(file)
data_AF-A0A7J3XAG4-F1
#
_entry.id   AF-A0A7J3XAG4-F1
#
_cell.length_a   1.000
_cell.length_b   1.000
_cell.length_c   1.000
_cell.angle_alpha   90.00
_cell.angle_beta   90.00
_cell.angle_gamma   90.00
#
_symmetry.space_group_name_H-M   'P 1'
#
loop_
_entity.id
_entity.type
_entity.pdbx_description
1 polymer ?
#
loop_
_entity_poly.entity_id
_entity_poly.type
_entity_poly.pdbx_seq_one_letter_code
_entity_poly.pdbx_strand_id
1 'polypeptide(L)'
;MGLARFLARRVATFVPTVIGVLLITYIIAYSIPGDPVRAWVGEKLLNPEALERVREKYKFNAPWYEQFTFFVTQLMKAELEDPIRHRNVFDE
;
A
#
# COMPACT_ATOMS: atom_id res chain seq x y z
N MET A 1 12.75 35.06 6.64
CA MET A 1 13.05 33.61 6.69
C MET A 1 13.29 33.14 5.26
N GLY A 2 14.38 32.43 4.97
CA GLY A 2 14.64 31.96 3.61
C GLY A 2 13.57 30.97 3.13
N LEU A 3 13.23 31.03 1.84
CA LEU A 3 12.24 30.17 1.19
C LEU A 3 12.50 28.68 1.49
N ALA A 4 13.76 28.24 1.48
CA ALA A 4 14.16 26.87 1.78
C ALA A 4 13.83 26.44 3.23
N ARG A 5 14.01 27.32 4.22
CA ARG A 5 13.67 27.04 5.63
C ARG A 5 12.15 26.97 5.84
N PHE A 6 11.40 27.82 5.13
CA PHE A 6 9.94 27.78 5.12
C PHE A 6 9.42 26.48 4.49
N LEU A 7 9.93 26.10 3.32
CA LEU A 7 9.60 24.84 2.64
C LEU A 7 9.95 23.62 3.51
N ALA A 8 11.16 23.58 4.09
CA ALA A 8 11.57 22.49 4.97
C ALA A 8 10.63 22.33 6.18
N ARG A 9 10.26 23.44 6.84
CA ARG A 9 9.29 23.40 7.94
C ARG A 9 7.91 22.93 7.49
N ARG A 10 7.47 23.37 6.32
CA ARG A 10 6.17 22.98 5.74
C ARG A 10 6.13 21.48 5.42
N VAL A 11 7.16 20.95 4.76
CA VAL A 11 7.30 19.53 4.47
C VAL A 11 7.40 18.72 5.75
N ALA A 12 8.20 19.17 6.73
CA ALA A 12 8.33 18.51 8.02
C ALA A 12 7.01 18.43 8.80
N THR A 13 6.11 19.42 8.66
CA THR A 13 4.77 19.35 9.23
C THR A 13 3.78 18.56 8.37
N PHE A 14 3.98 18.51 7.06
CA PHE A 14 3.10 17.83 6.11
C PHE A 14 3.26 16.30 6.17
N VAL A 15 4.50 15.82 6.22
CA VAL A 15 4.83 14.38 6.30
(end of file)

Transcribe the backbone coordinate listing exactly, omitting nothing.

data_AF-A0A7J3XAG4-F1
#
_entry.id   AF-A0A7J3XAG4-F1
#
_cell.length_a   1.000
_cell.length_b   1.000
_cell.length_c   1.000
_cell.angle_alpha   90.00
_cell.angle_beta   90.00
_cell.angle_gamma   90.00
#
_symmetry.space_group_name_H-M   'P 1'
#
loop_
_entity.id
_entity.type
_entity.pdbx_description
1 polymer ?
#
loop_
_entity_poly.entity_id
_entity_poly.type
_entity_poly.pdbx_seq_one_letter_code
_entity_poly.pdbx_strand_id
1 'polypeptide(L)'
;MGLARFLARRVATFVPTVIGVLLITYIIAYSIPGDPVRAWVGEKLLNPEALERVREKYKFNAPWYEQFTFFVTQLMKAELEDPIRHRNVFDE
;
A
#
# COMPACT_ATOMS: atom_id res chain seq x y z
N MET A 1 12.75 35.06 6.64
CA MET A 1 13.05 33.61 6.69
C MET A 1 13.29 33.14 5.26
N GLY A 2 14.38 32.43 4.97
CA GLY A 2 14.64 31.96 3.61
C GLY A 2 13.57 30.97 3.13
N LEU A 3 13.23 31.03 1.84
CA LEU A 3 12.24 30.17 1.19
C LEU A 3 12.50 28.68 1.49
N ALA A 4 13.76 28.24 1.48
CA ALA A 4 14.16 26.87 1.78
C ALA A 4 13.83 26.44 3.23
N ARG A 5 14.01 27.32 4.22
CA ARG A 5 13.67 27.04 5.63
C ARG A 5 12.15 26.97 5.84
N PHE A 6 11.40 27.82 5.13
CA PHE A 6 9.94 27.78 5.12
C PHE A 6 9.42 26.48 4.49
N LEU A 7 9.93 26.10 3.32
CA LEU A 7 9.60 24.84 2.64
C LEU A 7 9.95 23.62 3.51
N ALA A 8 11.16 23.58 4.09
CA ALA A 8 11.57 22.49 4.97
C ALA A 8 10.63 22.33 6.18
N ARG A 9 10.26 23.44 6.84
CA ARG A 9 9.29 23.40 7.94
C ARG A 9 7.91 22.93 7.49
N ARG A 10 7.47 23.37 6.32
CA ARG A 10 6.17 22.98 5.74
C ARG A 10 6.13 21.48 5.42
N VAL A 11 7.16 20.95 4.76
CA VAL A 11 7.30 19.53 4.47
C VAL A 11 7.40 18.72 5.75
N ALA A 12 8.20 19.17 6.73
CA ALA A 12 8.33 18.51 8.02
C ALA A 12 7.01 18.43 8.80
N THR A 13 6.11 19.42 8.66
CA THR A 13 4.77 19.35 9.23
C THR A 13 3.78 18.56 8.37
N PHE A 14 3.98 18.51 7.06
CA PHE A 14 3.10 17.83 6.11
C PHE A 14 3.26 16.30 6.17
N VAL A 15 4.50 15.82 6.22
CA VAL A 15 4.83 14.38 6.30